When I was a little girl I used to write stories and give them to my parents as presents. I’m not sure how they felt about getting paper instead of ties or necklaces, but parents usually like that sort of thing.
I guess it was pretty evident from an early age that I was a writer. It’s not really something you can just not be, when you are one. There’s a certain way you think and imagine things. Anyone can learn to write, and anyone can learn language, but I believe that some of us are simply called to it, as if it’s an irresistible force.
I was always meant to write.
And while my career goals shifted as I grew up it eventually came down to the truth that writing is the only thing I’ve ever really wanted to do. I have enough interests to hold a career while I write, but in the end that’s what my existence boils down to: I have to tell my stories.
Having a dream like that isn’t easy, especially when you graduate from school and stop having people that tell you to write. When you don’t have to turn anything in for a grade or read materials that are selected for you. You’re on your own.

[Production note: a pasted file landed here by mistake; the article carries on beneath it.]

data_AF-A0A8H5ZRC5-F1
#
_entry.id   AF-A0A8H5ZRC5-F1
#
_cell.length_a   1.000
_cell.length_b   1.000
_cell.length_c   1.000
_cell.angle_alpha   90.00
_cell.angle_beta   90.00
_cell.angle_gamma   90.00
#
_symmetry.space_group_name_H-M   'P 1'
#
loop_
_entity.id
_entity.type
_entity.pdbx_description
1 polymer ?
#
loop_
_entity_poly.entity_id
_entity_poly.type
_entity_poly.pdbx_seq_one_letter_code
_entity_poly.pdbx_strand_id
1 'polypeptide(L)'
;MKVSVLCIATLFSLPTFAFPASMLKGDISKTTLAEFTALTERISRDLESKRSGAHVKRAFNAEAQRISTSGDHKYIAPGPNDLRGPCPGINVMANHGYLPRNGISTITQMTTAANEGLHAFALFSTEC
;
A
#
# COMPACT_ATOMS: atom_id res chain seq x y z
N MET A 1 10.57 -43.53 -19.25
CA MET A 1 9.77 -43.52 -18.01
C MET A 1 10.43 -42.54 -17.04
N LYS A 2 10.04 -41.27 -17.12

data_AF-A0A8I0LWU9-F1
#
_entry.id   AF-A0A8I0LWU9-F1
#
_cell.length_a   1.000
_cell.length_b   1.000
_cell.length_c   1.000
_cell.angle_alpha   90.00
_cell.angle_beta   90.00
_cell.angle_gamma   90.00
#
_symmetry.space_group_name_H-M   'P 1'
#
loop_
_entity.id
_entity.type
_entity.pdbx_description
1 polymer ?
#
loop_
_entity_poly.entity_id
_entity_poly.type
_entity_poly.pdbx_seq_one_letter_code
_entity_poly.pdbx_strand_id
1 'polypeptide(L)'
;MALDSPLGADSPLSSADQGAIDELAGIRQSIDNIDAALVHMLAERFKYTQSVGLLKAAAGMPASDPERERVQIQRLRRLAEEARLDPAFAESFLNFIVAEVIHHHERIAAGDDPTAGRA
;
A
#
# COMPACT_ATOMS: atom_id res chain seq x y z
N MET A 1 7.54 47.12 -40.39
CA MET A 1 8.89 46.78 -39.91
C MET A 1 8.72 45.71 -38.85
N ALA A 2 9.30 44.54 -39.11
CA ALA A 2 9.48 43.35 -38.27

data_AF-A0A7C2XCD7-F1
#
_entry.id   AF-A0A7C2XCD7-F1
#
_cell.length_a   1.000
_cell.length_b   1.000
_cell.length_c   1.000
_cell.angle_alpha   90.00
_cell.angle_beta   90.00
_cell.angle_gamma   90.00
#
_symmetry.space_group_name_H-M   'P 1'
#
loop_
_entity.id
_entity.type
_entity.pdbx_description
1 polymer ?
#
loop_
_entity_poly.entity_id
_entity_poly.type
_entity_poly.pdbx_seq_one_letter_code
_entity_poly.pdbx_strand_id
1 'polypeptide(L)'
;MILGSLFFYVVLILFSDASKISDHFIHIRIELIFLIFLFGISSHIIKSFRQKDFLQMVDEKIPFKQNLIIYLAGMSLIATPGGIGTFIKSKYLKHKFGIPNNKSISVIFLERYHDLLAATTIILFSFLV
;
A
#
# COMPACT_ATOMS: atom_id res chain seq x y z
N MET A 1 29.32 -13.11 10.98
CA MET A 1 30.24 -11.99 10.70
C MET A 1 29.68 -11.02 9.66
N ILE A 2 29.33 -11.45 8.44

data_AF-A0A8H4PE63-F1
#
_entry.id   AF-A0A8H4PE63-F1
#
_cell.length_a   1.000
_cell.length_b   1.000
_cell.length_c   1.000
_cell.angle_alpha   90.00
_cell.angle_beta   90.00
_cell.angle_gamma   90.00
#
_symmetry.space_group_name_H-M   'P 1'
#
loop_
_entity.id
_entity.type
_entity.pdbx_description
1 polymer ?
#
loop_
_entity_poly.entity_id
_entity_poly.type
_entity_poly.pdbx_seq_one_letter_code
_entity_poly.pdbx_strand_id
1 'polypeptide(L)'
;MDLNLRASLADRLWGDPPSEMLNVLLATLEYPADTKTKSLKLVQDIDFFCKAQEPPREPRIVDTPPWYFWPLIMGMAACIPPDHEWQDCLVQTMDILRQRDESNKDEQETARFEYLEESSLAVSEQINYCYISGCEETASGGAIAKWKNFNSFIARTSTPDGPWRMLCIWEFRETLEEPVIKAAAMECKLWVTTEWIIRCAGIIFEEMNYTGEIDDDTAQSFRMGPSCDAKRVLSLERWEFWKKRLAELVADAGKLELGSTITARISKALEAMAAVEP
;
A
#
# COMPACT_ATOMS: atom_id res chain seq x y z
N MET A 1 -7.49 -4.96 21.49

Over the past three years I’ve been working my way into the professional writing world. My first step was to start writing and seek out writing buddies like my life depended on it. I befriended a published coworker (shout out to Jennifer August), and found myself constantly lost in conversation with her.
When I found my primary writing group, things started to become more serious. I started growing as a writer and as a person. I started soul searching and observing and constantly staying in contact with my dreams and ambitions.
But for the past few years I have rested in the safety of trusted friends.
Until last week.
I attended two new writing groups last week, making my first true effort at networking with professional writers. I brought my work and had it critiqued. And to my delight, my fellow writers acknowledged my talent and supported me. They offered me constructive feedback, and they inspired me.
What I found is that I was one of them.
I was no longer the little girl who dreamed of being a writer, but the woman who was consciously making an effort to take action toward achieving a lifetime goal.
And that was incredibly rewarding.